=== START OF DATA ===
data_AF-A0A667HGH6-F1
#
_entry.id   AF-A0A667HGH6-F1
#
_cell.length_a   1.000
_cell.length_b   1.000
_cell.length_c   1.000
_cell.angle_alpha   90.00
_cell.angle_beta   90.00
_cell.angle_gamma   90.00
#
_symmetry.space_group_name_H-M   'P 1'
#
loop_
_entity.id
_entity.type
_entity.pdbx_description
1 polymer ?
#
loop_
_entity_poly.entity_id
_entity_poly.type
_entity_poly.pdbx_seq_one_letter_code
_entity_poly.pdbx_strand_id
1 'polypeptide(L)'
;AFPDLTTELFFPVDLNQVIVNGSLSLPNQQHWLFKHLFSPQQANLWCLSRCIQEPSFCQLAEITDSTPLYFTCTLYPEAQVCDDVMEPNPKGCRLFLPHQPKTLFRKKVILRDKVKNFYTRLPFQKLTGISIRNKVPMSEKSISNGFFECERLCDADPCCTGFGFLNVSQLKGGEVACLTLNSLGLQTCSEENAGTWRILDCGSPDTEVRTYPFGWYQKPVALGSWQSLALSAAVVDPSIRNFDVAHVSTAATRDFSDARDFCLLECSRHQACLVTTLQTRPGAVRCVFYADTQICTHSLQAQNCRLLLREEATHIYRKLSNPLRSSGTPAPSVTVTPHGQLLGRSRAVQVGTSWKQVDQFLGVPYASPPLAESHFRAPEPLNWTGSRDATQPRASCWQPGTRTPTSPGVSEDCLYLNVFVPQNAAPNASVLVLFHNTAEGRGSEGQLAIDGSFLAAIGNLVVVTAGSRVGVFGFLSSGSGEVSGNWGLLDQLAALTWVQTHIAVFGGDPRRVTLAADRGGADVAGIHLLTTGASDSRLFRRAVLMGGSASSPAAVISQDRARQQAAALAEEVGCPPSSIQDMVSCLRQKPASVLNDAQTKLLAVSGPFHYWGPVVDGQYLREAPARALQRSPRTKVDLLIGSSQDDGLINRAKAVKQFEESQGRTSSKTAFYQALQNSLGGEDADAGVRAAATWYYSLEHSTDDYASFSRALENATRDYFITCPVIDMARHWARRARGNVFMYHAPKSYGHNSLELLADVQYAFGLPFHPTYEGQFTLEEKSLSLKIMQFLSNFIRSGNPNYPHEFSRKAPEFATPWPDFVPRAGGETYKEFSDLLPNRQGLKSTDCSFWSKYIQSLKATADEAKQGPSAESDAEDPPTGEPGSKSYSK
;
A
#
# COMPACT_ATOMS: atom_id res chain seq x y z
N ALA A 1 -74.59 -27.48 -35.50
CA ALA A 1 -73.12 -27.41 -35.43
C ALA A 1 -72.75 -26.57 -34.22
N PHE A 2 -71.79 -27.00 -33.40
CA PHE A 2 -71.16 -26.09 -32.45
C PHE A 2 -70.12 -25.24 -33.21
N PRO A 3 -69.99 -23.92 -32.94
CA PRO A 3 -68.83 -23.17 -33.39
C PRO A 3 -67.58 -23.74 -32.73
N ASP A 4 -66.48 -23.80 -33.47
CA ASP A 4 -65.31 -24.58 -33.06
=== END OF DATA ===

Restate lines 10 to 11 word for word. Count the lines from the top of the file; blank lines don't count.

_cell.angle_gamma   90.00
#